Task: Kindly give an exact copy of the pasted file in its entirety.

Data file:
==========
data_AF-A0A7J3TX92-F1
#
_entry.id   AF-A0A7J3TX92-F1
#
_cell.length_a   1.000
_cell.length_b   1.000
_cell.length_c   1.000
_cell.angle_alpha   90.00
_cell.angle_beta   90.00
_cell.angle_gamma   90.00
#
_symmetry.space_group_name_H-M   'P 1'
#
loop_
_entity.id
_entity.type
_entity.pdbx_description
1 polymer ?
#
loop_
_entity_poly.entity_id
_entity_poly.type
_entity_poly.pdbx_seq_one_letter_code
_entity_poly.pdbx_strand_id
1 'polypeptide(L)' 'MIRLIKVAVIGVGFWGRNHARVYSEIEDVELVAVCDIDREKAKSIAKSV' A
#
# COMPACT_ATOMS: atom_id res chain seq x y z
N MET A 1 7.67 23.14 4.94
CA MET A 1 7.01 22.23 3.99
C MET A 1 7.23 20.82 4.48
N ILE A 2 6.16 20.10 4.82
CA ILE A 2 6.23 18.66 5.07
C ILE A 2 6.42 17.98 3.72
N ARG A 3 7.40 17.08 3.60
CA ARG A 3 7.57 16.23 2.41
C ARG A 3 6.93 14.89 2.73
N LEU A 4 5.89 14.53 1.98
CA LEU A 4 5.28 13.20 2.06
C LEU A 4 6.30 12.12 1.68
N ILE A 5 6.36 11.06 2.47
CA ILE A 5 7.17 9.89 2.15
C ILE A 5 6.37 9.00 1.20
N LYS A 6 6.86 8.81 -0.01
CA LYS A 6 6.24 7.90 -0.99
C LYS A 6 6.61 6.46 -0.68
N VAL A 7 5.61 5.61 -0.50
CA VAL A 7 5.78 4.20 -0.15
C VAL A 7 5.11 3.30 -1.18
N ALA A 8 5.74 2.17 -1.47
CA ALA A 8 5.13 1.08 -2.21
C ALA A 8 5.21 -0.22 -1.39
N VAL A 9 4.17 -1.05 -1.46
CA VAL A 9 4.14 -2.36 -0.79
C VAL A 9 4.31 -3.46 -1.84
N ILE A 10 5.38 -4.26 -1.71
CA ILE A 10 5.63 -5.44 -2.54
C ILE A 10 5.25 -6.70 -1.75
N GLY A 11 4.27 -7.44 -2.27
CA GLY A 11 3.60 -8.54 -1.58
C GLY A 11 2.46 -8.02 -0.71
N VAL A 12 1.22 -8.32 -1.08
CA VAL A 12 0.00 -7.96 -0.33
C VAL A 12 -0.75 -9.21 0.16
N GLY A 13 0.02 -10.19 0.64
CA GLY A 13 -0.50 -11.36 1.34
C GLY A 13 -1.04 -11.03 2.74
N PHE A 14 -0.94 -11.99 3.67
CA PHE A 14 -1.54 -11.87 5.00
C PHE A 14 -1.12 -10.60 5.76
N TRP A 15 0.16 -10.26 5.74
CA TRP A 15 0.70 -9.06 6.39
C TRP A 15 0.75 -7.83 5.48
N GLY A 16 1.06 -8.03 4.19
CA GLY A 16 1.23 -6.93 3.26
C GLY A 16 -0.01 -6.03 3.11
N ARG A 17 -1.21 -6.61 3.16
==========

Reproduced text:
data_AF-A0A7J3TX92-F1
#
_entry.id   AF-A0A7J3TX92-F1
#
_cell.length_a   1.000
_cell.length_b   1.000
_cell.length_c   1.000
_cell.angle_alpha   90.00
_cell.angle_beta   90.00
_cell.angle_gamma   90.00
#
_symmetry.space_group_name_H-M   'P 1'
#
loop_
_entity.id
_entity.type
_entity.pdbx_description
1 polymer ?
#
loop_
_entity_poly.entity_id
_entity_poly.type
_entity_poly.pdbx_seq_one_letter_code
_entity_poly.pdbx_strand_id
1 'polypeptide(L)' 'MIRLIKVAVIGVGFWGRNHARVYSEIEDVELVAVCDIDREKAKSIAKSV' A
#
# COMPACT_ATOMS: atom_id res chain seq x y z
N MET A 1 7.67 23.14 4.94
CA MET A 1 7.01 22.23 3.99
C MET A 1 7.23 20.82 4.48
N ILE A 2 6.16 20.10 4.82
CA ILE A 2 6.23 18.66 5.07
C ILE A 2 6.42 17.98 3.72
N ARG A 3 7.40 17.08 3.60
CA ARG A 3 7.57 16.23 2.41
C ARG A 3 6.93 14.89 2.73
N LEU A 4 5.89 14.53 1.98
CA LEU A 4 5.28 13.20 2.06
C LEU A 4 6.30 12.12 1.68
N ILE A 5 6.36 11.06 2.47
CA ILE A 5 7.17 9.89 2.15
C ILE A 5 6.37 9.00 1.20
N LYS A 6 6.86 8.81 -0.01
CA LYS A 6 6.24 7.90 -0.99
C LYS A 6 6.61 6.46 -0.68
N VAL A 7 5.61 5.61 -0.50
CA VAL A 7 5.78 4.20 -0.15
C VAL A 7 5.11 3.30 -1.18
N ALA A 8 5.74 2.17 -1.47
CA ALA A 8 5.13 1.08 -2.21
C ALA A 8 5.21 -0.22 -1.39
N VAL A 9 4.17 -1.05 -1.46
CA VAL A 9 4.14 -2.36 -0.79
C VAL A 9 4.31 -3.46 -1.84
N ILE A 10 5.38 -4.26 -1.71
CA ILE A 10 5.63 -5.44 -2.54
C ILE A 10 5.25 -6.70 -1.75
N GLY A 11 4.27 -7.44 -2.27
CA GLY A 11 3.60 -8.54 -1.58
C GLY A 11 2.46 -8.02 -0.71
N VAL A 12 1.22 -8.32 -1.08
CA VAL A 12 0.00 -7.96 -0.33
C VAL A 12 -0.75 -9.21 0.16
N GLY A 13 0.02 -10.19 0.64
CA GLY A 13 -0.50 -11.36 1.34
C GLY A 13 -1.04 -11.03 2.74
N PHE A 14 -0.94 -11.99 3.67
CA PHE A 14 -1.54 -11.87 5.00
C PHE A 14 -1.12 -10.60 5.76
N TRP A 15 0.16 -10.26 5.74
CA TRP A 15 0.70 -9.06 6.39
C TRP A 15 0.75 -7.83 5.48
N GLY A 16 1.06 -8.03 4.19
CA GLY A 16 1.23 -6.93 3.26
C GLY A 16 -0.01 -6.03 3.11
N ARG A 17 -1.21 -6.61 3.16